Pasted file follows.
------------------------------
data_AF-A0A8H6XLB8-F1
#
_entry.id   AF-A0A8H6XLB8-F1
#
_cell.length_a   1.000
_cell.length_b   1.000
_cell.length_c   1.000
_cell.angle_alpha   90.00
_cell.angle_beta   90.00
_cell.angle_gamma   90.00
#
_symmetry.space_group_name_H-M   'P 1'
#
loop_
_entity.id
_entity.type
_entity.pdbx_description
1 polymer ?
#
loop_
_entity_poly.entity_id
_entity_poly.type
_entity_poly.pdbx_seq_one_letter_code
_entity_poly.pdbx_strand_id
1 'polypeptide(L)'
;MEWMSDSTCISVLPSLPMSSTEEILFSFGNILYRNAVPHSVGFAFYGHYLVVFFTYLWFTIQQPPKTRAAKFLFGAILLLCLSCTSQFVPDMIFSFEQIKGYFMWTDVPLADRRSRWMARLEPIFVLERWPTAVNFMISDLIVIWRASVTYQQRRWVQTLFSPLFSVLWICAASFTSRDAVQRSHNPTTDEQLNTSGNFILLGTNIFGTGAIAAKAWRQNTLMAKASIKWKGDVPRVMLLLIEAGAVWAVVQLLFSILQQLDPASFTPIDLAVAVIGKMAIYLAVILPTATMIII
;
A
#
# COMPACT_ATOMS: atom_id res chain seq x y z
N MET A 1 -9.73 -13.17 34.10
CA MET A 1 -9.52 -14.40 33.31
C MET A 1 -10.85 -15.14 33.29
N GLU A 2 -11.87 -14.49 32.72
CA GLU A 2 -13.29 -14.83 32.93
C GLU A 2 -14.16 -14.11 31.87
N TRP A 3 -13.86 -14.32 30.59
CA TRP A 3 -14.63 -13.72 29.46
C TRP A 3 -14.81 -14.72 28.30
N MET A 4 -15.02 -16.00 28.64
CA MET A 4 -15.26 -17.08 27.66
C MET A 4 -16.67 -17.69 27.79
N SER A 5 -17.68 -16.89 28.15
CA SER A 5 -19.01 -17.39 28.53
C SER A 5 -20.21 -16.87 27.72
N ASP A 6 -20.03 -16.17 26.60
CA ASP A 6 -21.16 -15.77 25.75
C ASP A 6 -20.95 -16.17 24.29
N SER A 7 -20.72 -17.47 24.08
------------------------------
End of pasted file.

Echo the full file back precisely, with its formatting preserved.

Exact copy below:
data_AF-A0A8H6XLB8-F1
#
_entry.id   AF-A0A8H6XLB8-F1
#
_cell.length_a   1.000
_cell.length_b   1.000
_cell.length_c   1.000
_cell.angle_alpha   90.00
_cell.angle_beta   90.00
_cell.angle_gamma   90.00
#
_symmetry.space_group_name_H-M   'P 1'
#
loop_
_entity.id
_entity.type
_entity.pdbx_description
1 polymer ?
#
loop_
_entity_poly.entity_id
_entity_poly.type
_entity_poly.pdbx_seq_one_letter_code
_entity_poly.pdbx_strand_id
1 'polypeptide(L)'
;MEWMSDSTCISVLPSLPMSSTEEILFSFGNILYRNAVPHSVGFAFYGHYLVVFFTYLWFTIQQPPKTRAAKFLFGAILLLCLSCTSQFVPDMIFSFEQIKGYFMWTDVPLADRRSRWMARLEPIFVLERWPTAVNFMISDLIVIWRASVTYQQRRWVQTLFSPLFSVLWICAASFTSRDAVQRSHNPTTDEQLNTSGNFILLGTNIFGTGAIAAKAWRQNTLMAKASIKWKGDVPRVMLLLIEAGAVWAVVQLLFSILQQLDPASFTPIDLAVAVIGKMAIYLAVILPTATMIII
;
A
#
# COMPACT_ATOMS: atom_id res chain seq x y z
N MET A 1 -9.73 -13.17 34.10
CA MET A 1 -9.52 -14.40 33.31
C MET A 1 -10.85 -15.14 33.29
N GLU A 2 -11.87 -14.49 32.72
CA GLU A 2 -13.29 -14.83 32.93
C GLU A 2 -14.16 -14.11 31.87
N TRP A 3 -13.86 -14.32 30.59
CA TRP A 3 -14.63 -13.72 29.46
C TRP A 3 -14.81 -14.72 28.30
N MET A 4 -15.02 -16.00 28.64
CA MET A 4 -15.26 -17.08 27.66
C MET A 4 -16.67 -17.69 27.79
N SER A 5 -17.68 -16.89 28.15
CA SER A 5 -19.01 -17.39 28.53
C SER A 5 -20.21 -16.87 27.72
N ASP A 6 -20.03 -16.17 26.60
CA ASP A 6 -21.16 -15.77 25.75
C ASP A 6 -20.95 -16.17 24.29
N SER A 7 -20.72 -17.47 24.08